Thirdly, the inflammatory description of Samaritan’s Purse as “a pervasively sectarian religious organization” unnecessarily muddies the waters. Yes, Samaritan’s Purse is a Christian-based charity with Christian beliefs. But almost every charity and organisation with a particular cause and a distinctive set of philosophies and beliefs could equally be labelled as “pervasively sectarian”. By holding to a set of beliefs that set them apart from other beliefs, many organisations are effectively sectarian. The Freedom From Religion Foundation (FFRF) themselves are “pervasively sectarian” because of their strong atheistic beliefs and their aggressive opposition to people of faith. In fact, I would argue that FFRF are much more aggressively and pervasively sectarian than Samaritan’s Purse, who have historically displayed a gracious willingness to collaborate with charities of other faiths.
There is actually an ugly hypocrisy at work here. Aggressive atheist organisations such as the Freedom From Religion Foundation (FFRF) want to outlaw all public expressions of faith, claiming that people of faith don’t have the right to force their views on everyone else, but they fail to see that they are doing exactly the same thing themselves. They are effectively saying, “Because I don’t believe in God, no one around me is allowed to pray. Because I don’t believe in God, there must be no mention of God in school announcements.” This was clear in FFRF’s demand to Liberty Middle School that there be no “religious references over morning announcements.” Are atheists really so insecure in their unbelief that they can’t tolerate even hearing expressions of faith from others?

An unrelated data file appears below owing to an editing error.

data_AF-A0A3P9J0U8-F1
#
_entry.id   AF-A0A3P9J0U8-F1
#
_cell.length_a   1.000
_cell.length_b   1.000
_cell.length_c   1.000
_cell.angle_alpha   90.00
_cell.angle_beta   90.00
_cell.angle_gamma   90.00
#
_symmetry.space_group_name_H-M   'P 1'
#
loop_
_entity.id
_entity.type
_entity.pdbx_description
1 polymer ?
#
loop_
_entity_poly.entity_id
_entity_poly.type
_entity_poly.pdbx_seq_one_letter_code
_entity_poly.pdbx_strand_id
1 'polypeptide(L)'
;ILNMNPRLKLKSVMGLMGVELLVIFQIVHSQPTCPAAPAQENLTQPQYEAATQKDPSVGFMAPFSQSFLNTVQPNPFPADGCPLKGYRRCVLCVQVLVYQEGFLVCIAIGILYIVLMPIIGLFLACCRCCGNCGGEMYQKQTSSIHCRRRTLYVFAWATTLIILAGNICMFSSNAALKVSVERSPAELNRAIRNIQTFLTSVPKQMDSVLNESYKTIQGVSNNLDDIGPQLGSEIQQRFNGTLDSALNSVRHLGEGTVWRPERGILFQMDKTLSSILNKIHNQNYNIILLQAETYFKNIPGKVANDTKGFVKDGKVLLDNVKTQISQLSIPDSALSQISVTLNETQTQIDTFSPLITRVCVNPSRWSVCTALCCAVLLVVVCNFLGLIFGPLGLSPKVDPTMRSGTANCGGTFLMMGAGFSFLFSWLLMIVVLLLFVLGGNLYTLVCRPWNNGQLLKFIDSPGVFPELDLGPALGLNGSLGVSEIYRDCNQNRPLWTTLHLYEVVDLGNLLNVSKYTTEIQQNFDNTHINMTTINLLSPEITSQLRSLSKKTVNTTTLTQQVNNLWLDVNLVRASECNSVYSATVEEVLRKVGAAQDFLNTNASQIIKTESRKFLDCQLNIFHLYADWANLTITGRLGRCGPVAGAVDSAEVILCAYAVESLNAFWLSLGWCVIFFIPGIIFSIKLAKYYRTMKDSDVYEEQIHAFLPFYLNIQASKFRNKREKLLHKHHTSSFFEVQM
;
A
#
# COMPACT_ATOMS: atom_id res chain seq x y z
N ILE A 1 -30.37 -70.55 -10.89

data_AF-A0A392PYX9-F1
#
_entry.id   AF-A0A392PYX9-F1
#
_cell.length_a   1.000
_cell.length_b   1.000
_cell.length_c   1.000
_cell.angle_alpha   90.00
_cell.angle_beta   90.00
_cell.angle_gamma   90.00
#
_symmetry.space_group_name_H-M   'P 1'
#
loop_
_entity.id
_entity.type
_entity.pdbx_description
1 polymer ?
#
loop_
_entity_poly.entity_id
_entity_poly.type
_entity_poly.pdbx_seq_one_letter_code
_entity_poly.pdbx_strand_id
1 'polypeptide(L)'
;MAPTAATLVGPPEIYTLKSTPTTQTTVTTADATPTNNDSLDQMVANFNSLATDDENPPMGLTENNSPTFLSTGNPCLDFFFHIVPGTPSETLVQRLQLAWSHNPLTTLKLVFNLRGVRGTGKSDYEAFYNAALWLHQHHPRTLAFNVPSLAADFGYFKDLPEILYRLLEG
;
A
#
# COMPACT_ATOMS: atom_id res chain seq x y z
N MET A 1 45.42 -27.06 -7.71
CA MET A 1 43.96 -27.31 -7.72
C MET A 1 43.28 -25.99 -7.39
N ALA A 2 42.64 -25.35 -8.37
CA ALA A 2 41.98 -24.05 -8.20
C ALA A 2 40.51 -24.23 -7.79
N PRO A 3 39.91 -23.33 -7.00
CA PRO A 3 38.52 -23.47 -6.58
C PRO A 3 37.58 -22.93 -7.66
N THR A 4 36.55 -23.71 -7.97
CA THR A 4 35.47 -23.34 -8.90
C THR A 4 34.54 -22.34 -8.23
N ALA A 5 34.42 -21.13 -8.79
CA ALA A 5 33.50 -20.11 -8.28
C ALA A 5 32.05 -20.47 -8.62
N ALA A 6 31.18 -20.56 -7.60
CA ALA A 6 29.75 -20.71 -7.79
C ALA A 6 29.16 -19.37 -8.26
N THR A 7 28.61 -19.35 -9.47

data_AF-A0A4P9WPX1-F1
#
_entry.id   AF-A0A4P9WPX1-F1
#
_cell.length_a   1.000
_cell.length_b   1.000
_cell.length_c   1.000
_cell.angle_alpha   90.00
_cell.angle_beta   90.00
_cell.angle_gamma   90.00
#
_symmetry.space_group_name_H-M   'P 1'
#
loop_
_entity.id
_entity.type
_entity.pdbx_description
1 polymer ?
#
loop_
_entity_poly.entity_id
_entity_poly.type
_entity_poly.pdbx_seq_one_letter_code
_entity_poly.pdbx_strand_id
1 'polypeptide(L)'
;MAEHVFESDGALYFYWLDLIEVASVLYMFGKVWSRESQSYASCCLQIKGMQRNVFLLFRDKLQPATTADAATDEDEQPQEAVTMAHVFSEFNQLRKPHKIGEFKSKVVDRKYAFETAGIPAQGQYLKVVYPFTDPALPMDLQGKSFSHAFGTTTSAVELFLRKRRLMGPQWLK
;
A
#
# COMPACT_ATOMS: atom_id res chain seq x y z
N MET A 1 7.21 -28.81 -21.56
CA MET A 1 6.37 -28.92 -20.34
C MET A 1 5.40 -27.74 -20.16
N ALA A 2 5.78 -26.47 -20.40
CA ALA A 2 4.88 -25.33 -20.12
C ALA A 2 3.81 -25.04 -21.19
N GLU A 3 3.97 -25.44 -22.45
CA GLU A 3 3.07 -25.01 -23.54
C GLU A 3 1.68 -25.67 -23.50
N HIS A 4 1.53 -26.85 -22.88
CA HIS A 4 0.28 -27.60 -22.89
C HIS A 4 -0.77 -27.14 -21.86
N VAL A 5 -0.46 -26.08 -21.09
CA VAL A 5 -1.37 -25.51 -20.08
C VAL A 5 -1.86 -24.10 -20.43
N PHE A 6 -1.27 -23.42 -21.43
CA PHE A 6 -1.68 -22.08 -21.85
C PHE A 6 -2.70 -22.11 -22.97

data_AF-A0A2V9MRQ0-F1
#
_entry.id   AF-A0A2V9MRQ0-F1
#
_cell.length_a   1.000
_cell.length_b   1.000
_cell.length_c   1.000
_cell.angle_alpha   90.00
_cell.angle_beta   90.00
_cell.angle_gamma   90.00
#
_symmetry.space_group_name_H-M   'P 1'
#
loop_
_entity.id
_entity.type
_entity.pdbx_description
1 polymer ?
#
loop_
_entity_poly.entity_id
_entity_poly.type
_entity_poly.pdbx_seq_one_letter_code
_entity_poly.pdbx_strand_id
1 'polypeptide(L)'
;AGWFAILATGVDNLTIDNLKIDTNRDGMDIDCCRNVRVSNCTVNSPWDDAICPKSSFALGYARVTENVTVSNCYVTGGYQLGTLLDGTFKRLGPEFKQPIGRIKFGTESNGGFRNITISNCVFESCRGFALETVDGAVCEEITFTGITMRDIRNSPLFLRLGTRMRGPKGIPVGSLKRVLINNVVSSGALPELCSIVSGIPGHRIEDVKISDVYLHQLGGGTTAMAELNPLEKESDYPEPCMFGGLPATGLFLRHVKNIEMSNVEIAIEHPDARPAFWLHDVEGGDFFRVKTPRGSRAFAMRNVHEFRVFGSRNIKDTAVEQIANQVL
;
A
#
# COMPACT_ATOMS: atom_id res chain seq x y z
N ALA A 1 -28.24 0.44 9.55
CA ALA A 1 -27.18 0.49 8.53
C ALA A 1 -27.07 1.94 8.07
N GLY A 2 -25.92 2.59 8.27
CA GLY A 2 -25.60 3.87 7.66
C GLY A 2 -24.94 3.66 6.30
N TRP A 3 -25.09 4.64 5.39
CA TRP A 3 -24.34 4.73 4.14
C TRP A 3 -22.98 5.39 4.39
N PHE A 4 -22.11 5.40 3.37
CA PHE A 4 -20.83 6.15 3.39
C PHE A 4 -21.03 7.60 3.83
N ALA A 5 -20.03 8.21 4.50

There is a basic right that is quickly being eroded within the Western World: the right to freedom of religious expression. The justification of this erosion of rights centres around the concept of “offense”. Apparently by praying in public or mentioning a Christmas Chapel service in school announcements, we are “offending” atheists and people of other faiths, and therefore we must stop. What utter nonsense! The current push within Western society to avoid giving “offense” is a nefarious piece of political correctness that is used to justify the imposition of an aggressive secular agenda. The drivers of this agenda aren’t really concerned with people’s feelings; they simply want to aggressively stamp out all religion.
Furthermore, the giving of offense apparently doesn’t work both ways. Atheists are free to sprout forth their godless views and their liberal morality with impunity, whereas as soon as a Christian voices a faith-based viewpoint on morality, they are apparently giving “offense” and are aggressively set upon.
I am not offended when people voice opinions that differ from mine, and that includes people with an atheistic viewpoint. In fact, I respect their right to express their different viewpoint. That’s how a mature, free, democratic society ought to operate. People who get “offended” by expressions of belief that differ from their own need to put their big boy / girl pants on and stop acting like children.
And trying to stop state public schools from participating in a charity program that brings untold joy to millions of impoverished children around the world is just plain spiteful and mean. Shame on you, FFRF! You don’t have to celebrate Christmas if you don’t want to, but you don’t have the right to stop children from experiencing the joy of giving and receiving.